The Breakthrough Challenge also invited proposals representing both rental and homeownership innovations. “That mix is critical,” said Hewitt.

“You have to be a successful renter before you become a successful homeowner, and our ecosystem doesn't always lend itself to creating successful renters because of affordability and other issues Homeownership is not a viable solution for everyone so considering applications that cover both rental and homeownership innovations is essential,” she said. 

Building on Success

This is the second cycle of the Housing Affordability Breakthrough Challenge that Enterprise has led in collaboration and with the generous support of the Wells Fargo Foundation.

The Breakthrough Challenge is a unique and essential endeavor, said Wells Fargo’s Roots.

“A challenge like this gives practitioners an opportunity to really dream and be creative,” she said. “The reality is that you don’t have the opportunity to reimagine affordable housing or any necessary resource for our cities and towns unless there’s an outside entity providing funding.”

A man with silver hair stands on the left in a kitchen next to a man with short hair and a moustache and a woman with long black hair wearing a gray sweater and holding a mug. The sink is in the background and a vase of flowers sits on the counter in the foreground.
The Homecoming Project, an innovation created by 2020 Breakthrough Challenge winner Impact Justice.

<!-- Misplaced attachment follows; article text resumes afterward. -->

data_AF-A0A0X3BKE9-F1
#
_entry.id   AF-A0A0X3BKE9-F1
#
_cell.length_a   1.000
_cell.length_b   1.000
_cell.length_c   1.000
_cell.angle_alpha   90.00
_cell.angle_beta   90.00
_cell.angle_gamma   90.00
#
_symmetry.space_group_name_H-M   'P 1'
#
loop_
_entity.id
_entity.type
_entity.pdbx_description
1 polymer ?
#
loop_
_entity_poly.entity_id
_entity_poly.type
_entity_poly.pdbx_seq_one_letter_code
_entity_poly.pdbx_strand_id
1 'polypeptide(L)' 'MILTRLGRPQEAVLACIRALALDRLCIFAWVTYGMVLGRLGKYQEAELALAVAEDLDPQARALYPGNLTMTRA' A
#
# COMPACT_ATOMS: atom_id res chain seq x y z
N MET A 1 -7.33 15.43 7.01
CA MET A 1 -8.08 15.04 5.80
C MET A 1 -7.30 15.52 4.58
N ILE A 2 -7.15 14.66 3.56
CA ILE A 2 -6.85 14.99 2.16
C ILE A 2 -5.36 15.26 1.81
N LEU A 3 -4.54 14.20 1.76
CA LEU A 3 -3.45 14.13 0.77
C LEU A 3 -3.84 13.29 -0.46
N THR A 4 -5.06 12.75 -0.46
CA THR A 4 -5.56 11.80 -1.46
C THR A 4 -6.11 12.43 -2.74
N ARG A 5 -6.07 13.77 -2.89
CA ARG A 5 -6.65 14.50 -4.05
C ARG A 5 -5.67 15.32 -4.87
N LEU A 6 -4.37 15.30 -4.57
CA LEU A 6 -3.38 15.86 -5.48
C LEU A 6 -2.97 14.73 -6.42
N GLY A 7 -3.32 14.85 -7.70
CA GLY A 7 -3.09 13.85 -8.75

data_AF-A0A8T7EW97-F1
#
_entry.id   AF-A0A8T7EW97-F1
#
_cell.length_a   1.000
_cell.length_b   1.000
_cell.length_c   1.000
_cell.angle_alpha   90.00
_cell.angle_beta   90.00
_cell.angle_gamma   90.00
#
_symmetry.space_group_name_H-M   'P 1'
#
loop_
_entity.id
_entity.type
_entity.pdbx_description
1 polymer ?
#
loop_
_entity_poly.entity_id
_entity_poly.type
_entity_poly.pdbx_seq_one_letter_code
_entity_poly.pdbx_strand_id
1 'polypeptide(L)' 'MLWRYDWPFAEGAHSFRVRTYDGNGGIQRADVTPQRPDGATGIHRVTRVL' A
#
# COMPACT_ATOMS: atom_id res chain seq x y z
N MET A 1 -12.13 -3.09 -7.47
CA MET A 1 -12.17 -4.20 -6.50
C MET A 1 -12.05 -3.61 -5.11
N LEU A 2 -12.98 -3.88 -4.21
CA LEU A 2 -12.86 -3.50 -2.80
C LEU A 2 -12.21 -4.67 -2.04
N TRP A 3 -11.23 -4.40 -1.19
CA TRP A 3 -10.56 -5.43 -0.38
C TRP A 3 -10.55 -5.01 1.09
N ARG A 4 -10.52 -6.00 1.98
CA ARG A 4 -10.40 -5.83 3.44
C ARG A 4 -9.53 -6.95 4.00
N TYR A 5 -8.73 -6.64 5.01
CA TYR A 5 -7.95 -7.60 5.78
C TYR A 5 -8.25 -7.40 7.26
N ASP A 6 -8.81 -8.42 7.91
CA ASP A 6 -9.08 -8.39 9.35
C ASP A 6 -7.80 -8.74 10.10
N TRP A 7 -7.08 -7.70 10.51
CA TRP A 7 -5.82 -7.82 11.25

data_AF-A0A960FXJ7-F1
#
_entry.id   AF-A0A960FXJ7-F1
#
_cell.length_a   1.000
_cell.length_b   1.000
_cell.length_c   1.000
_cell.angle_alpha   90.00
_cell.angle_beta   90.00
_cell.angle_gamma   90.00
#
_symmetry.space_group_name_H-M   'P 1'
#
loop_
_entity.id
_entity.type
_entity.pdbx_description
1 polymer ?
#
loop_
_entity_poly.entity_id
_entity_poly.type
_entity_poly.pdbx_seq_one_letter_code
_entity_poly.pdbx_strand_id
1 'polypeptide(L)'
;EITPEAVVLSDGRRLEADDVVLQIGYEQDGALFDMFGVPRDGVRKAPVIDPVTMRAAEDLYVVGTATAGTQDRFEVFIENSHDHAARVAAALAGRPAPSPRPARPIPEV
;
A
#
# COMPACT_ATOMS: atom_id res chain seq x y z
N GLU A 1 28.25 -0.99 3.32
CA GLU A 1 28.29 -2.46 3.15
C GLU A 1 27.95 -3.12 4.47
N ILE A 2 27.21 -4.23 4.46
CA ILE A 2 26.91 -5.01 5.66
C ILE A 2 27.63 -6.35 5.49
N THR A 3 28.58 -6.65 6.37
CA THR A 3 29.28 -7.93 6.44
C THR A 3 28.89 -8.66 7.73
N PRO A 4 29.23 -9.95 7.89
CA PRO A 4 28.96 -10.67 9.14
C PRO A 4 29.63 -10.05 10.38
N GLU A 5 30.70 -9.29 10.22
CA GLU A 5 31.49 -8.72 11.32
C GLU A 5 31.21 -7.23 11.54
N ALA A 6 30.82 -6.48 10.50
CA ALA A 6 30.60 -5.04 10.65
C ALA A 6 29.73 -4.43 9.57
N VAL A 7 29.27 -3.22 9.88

Named in 2020, the first cohort of winners have launched and begun scaling an array of innovations that include a modular housing model that can grow over time, a shared-housing and services program for people returning to communities after incarceration, and an underwriting tool designed to close the racial homeownership gap.

With support from Wells Fargo, the 2020 cohort remains engaged in the Breakthrough Challenge through an active alumni cohort, convening several times a year to participate in networking activities and share their knowledge and expertise.

Final Pitch Competition

Four women stand in front of a house-like structure featuring photography and text panels.
Team members from Designing Trauma-Resilient Communities, a 2020 Breakthrough Challenge winner, at the Breakthrough Challenge exhibit in Washington, D.C.

The 16 finalists will convene at the National Building Museum in Washington, D.C., for a two-day in-person pitch competition to be judged by a panel representing housing and community development luminaries with a deep bench of talent and expertise. The judges will hear each finalist’s 10-minute pitch, followed by 15 minutes of questions and answers, before selecting the 2023 cohort of Breakthrough Challenge winners.

A Better Way Home: The Housing Affordability Breakthrough Challenge,” a multi-media exhibit on display at the National Building Museum will serve as the backdrop for the pitch event. Drawing over 17,000 visitors since its launch in fall 2022, the exhibit celebrates the six inaugural winners of the Breakthrough Challenge and their innovations. According to a review of the exhibit in Fast Company, "each is a replicable idea that can make more and better affordable housing.”